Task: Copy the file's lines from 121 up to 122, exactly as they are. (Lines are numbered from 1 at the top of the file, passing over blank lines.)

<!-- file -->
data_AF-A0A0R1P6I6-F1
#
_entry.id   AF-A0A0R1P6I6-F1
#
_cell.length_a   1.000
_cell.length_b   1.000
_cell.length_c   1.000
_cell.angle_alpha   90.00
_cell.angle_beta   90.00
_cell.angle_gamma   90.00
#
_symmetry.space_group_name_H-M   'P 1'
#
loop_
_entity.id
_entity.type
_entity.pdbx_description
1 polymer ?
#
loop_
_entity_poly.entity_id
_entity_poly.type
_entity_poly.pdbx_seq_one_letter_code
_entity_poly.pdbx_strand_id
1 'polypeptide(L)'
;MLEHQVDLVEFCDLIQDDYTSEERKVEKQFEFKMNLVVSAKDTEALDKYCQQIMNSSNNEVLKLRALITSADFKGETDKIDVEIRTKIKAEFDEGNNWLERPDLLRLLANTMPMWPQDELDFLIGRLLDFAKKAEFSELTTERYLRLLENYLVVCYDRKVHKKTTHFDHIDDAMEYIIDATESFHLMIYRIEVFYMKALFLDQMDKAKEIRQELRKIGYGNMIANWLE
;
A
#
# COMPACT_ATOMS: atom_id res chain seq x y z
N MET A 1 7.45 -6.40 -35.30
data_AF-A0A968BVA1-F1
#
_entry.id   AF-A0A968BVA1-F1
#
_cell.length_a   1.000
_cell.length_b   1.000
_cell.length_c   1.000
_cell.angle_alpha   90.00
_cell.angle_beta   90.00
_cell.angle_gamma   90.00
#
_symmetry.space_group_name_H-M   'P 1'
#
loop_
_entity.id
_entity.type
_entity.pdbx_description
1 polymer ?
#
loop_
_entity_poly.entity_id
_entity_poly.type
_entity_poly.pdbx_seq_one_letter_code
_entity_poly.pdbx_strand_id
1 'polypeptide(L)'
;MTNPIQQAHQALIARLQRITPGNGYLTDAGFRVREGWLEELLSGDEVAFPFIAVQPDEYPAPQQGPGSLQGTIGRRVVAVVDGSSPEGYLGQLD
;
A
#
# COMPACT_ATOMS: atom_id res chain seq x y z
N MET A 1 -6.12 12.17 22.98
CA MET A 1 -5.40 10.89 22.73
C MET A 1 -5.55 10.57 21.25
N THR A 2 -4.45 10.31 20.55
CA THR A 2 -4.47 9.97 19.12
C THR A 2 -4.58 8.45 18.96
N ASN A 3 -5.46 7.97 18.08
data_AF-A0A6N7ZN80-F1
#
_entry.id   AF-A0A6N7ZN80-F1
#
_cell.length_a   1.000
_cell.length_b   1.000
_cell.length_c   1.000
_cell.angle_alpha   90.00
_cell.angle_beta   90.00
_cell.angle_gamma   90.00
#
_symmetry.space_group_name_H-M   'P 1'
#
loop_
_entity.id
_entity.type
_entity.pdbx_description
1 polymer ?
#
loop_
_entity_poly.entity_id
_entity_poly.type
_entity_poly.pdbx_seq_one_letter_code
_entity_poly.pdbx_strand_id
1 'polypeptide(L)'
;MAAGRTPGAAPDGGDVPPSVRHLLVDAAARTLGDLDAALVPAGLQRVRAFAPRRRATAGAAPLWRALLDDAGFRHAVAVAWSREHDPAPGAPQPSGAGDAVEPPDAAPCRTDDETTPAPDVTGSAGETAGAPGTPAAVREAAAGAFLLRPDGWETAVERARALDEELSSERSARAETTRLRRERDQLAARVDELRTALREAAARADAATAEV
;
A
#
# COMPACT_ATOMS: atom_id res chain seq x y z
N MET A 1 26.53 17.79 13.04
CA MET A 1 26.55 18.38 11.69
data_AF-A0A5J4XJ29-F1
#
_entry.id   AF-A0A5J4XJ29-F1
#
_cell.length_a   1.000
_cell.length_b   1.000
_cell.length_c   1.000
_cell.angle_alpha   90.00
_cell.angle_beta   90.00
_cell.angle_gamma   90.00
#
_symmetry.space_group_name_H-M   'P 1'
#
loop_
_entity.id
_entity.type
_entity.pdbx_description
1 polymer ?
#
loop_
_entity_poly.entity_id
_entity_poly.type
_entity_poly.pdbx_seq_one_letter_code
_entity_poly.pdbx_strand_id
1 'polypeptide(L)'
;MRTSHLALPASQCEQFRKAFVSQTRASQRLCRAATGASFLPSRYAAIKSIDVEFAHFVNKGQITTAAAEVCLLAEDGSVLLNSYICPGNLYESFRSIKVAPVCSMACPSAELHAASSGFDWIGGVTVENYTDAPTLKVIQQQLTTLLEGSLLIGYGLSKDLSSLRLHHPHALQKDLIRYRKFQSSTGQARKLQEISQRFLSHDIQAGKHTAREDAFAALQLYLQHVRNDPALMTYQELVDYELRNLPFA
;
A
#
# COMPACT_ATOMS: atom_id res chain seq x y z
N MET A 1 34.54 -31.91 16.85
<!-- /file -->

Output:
_entity_poly.entity_id
_entity_poly.type